conduct on the streets of Rockville. Each
was lined ?1 and costs. Smith going to jail
In default of payment.
Mr. Robert B. Peter, the recently elected
state's attorney for this county, took Iho
oath of office before Judge Henderson a
few days ago and entered upon the dis
charge of the duties of the office. He im
mediately resigned as auditor of the court,
a position he held for eleven years.
The new state's attorney is one of the
younger members of the Rockville bar,
and one of Its ablest. He was educated at
the Rockville Academy and Hampden-Sid
ney College, Va. For several years he
taught in an Indian school at Crow Creek
agency. South Dakota, and while there be
came proficient in the Sioux language. He
later became issue clerk at the Crow Creek
agency, which position he gave up to ac
cept an appointment as clerk in the otflcc
of the clerk of the circuit court at this
place. He attended night lectures at the
National University Law School, Washing
ton, graduating in 1S03 second In his class.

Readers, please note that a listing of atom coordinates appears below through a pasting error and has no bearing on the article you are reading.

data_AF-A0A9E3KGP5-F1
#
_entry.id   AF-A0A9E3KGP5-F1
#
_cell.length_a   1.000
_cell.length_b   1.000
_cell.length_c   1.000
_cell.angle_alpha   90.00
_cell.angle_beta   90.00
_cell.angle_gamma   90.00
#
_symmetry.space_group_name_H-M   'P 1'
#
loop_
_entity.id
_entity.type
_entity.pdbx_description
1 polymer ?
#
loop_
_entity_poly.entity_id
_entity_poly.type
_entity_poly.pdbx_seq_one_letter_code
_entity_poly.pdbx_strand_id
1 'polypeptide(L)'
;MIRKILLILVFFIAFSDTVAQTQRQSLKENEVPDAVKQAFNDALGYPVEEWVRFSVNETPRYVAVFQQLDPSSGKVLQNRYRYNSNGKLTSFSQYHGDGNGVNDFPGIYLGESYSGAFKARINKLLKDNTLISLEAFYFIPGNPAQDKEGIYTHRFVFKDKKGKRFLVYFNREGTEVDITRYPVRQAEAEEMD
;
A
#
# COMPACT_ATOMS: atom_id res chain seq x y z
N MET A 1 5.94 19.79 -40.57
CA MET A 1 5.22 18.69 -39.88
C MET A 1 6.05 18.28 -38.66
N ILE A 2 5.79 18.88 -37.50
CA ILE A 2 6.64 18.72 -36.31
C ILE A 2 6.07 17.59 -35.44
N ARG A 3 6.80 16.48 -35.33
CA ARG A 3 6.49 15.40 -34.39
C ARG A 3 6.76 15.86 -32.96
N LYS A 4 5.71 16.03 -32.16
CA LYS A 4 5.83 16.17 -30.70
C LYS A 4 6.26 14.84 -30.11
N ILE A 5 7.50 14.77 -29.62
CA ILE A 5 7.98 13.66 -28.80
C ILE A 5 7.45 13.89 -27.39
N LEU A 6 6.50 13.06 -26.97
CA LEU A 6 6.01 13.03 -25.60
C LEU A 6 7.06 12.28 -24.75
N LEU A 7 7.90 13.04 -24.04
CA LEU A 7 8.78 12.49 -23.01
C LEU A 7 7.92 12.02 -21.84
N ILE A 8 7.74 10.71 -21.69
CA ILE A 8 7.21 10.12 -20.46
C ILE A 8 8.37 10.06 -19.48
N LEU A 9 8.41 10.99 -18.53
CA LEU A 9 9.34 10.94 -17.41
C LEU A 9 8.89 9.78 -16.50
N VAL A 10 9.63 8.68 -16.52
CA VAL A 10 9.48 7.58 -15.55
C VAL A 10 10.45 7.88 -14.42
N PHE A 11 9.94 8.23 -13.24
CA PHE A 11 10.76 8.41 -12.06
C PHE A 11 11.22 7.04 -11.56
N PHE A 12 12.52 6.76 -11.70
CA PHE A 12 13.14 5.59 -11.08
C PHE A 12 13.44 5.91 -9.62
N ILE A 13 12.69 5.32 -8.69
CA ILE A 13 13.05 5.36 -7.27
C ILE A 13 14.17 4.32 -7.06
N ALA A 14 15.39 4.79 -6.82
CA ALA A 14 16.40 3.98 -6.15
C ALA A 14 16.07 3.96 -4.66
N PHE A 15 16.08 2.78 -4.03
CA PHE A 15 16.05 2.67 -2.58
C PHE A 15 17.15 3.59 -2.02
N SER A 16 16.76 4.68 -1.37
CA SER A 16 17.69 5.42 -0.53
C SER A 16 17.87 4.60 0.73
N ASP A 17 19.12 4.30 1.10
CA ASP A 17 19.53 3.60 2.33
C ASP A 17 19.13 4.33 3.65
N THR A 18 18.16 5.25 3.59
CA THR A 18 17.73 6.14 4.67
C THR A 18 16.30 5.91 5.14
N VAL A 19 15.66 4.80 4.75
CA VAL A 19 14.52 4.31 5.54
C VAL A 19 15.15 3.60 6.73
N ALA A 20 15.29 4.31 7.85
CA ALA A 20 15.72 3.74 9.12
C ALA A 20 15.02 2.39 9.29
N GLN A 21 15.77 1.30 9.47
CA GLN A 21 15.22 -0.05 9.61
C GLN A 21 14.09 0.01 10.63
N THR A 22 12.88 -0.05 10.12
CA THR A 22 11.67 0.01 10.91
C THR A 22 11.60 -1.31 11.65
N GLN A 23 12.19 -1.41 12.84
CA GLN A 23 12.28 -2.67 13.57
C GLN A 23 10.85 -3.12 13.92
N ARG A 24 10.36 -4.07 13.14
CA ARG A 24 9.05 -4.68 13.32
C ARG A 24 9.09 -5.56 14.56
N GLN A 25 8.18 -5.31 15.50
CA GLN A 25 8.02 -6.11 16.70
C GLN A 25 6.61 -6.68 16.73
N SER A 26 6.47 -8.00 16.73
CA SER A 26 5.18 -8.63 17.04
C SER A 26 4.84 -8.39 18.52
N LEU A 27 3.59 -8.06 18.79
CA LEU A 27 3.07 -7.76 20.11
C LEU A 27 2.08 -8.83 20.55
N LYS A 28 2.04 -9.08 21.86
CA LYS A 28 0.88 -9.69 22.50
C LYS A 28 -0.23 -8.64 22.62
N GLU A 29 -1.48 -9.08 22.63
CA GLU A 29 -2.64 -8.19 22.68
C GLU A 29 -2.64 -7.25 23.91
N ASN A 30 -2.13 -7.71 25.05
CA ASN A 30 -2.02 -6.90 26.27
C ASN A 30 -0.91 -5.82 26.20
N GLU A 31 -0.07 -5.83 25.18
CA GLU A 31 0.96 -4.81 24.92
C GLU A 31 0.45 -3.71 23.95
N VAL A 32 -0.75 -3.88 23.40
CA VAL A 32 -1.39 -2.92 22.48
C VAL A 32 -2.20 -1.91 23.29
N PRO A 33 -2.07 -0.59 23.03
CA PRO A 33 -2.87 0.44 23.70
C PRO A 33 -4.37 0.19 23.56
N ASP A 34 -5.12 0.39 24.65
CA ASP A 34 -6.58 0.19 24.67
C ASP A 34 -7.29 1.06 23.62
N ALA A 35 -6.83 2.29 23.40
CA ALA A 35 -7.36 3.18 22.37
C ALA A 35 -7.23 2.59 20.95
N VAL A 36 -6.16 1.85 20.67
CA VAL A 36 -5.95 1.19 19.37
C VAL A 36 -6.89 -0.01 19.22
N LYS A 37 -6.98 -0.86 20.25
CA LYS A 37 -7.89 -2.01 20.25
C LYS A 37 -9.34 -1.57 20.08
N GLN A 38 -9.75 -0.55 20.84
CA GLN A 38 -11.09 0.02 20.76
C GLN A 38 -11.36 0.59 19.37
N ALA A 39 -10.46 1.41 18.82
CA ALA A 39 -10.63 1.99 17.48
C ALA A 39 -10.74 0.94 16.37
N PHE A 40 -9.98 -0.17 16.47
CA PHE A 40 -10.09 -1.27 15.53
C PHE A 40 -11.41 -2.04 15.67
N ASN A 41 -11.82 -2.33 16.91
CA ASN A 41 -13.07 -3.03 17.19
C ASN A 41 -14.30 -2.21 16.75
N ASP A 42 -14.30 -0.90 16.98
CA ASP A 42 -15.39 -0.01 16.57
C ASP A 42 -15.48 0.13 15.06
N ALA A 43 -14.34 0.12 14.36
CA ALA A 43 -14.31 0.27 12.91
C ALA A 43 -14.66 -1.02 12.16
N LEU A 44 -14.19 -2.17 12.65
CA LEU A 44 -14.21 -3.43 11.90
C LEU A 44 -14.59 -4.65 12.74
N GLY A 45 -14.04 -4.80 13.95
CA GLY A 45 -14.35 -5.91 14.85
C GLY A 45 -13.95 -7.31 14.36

He was admitted to the bar the year pre
ceding his graduation, and soon afterward
was appointed auditor, and for eleven years
filled the quasi-judicial position with mark
ed ability, not a decision rendered by him
having been reversed.
Mr. Peter is a brother of Mr. Arthur
Peter of the Washington bar, and of Kd
ward C. Peter of Rockville, formerly state's
attorney for this county. He married Miss
Helen Lowry, youngest daughter of the
late Major Horatio B. Lowry, United States
At the annual meeting of the stockholders
of the Montgomery Count}- National Bank
of Rockville the following directors were ,
elected: Spencer C. Jones. Hattersly W. ,
Talbott, James B. Henderson, Richard H. i
Stokes, John H. Gassaway, Wilson B. j
Tschiffely, Richard Poole, Lawrence All
nutt, Frederick P. Hayes, James E. Will
lams, William B. Mobley and Joseph T.
Moore. All were members of the old board
excepting Mr. Hayes, who succeeds Mr.
Horace Waters, deceased. The directors
have re-elected the following officers: Presi
Your Credit is as Good as Gold.
Open an ?
Carpels, &c., on
with the cash
we sell, and
are made, laid
and lined free,
you from 20
to 25 cents per
Bed Room and
All on credit.
17=8119-8211 =823 7ttiSt.?